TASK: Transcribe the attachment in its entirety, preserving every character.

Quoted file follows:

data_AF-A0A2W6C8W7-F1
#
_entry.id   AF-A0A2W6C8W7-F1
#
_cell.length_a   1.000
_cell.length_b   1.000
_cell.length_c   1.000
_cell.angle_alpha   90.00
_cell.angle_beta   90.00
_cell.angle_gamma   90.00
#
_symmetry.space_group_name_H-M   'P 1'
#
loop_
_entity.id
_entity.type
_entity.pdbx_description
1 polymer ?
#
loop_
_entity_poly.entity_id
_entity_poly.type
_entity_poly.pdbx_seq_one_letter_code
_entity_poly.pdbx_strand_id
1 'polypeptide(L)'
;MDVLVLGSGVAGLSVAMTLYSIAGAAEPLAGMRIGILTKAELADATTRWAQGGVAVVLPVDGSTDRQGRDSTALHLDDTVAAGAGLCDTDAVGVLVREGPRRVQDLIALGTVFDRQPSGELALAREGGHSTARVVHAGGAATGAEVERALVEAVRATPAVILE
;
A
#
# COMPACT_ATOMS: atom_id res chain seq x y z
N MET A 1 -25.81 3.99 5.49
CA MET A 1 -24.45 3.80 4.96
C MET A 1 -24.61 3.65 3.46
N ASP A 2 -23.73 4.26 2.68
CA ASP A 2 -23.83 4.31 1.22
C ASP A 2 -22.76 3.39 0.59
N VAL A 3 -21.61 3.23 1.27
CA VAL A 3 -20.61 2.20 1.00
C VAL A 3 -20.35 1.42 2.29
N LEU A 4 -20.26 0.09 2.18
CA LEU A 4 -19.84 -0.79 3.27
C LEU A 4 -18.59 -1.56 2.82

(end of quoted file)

data_AF-A0A2W6C8W7-F1
#
_entry.id   AF-A0A2W6C8W7-F1
#
_cell.length_a   1.000
_cell.length_b   1.000
_cell.length_c   1.000
_cell.angle_alpha   90.00
_cell.angle_beta   90.00
_cell.angle_gamma   90.00
#
_symmetry.space_group_name_H-M   'P 1'
#
loop_
_entity.id
_entity.type
_entity.pdbx_description
1 polymer ?
#
loop_
_entity_poly.entity_id
_entity_poly.type
_entity_poly.pdbx_seq_one_letter_code
_entity_poly.pdbx_strand_id
1 'polypeptide(L)'
;MDVLVLGSGVAGLSVAMTLYSIAGAAEPLAGMRIGILTKAELADATTRWAQGGVAVVLPVDGSTDRQGRDSTALHLDDTVAAGAGLCDTDAVGVLVREGPRRVQDLIALGTVFDRQPSGELALAREGGHSTARVVHAGGAATGAEVERALVEAVRATPAVILE
;
A
#
# COMPACT_ATOMS: atom_id res chain seq x y z
N MET A 1 -25.81 3.99 5.49
CA MET A 1 -24.45 3.80 4.96
C MET A 1 -24.61 3.65 3.46
N ASP A 2 -23.73 4.26 2.68
CA ASP A 2 -23.83 4.31 1.22
C ASP A 2 -22.76 3.39 0.59
N VAL A 3 -21.61 3.23 1.27
CA VAL A 3 -20.61 2.20 1.00
C VAL A 3 -20.35 1.42 2.29
N LEU A 4 -20.26 0.09 2.18
CA LEU A 4 -19.84 -0.79 3.27
C LEU A 4 -18.59 -1.56 2.82